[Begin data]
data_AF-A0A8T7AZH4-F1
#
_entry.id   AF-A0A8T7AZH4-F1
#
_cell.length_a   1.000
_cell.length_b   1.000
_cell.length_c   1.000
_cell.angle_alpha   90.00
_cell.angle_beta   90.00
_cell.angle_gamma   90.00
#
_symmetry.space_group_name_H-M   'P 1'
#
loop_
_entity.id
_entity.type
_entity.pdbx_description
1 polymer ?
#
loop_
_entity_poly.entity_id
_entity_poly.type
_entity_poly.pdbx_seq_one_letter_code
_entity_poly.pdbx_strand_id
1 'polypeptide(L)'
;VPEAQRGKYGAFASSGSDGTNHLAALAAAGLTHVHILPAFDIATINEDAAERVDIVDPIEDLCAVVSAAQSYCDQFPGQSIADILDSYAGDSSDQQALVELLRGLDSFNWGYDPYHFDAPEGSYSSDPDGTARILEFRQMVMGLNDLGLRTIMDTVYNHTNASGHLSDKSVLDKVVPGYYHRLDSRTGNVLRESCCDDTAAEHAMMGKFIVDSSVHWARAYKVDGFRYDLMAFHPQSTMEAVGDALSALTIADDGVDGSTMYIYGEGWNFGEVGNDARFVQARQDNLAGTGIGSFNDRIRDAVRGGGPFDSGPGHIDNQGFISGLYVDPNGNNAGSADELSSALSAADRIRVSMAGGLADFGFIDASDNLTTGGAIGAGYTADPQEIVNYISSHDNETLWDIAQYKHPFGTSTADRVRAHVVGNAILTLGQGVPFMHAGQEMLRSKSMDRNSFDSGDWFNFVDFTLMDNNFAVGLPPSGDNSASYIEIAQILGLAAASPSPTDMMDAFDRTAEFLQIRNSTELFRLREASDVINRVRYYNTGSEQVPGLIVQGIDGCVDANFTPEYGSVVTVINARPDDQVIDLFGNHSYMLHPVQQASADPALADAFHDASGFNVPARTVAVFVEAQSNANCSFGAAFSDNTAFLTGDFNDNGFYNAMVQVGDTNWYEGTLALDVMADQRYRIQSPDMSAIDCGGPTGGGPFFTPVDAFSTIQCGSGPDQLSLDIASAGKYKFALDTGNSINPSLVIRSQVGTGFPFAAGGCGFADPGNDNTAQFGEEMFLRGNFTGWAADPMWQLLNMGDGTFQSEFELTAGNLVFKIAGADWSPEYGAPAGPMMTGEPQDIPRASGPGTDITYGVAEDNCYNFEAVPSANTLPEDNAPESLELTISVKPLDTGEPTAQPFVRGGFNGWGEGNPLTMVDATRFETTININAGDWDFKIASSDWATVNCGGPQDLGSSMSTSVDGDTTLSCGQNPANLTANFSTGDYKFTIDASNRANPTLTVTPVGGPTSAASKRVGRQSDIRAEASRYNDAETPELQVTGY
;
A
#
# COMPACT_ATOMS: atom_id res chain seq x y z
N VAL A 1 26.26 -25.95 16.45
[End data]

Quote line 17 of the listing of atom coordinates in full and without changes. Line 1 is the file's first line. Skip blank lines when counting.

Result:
_entity.pdbx_description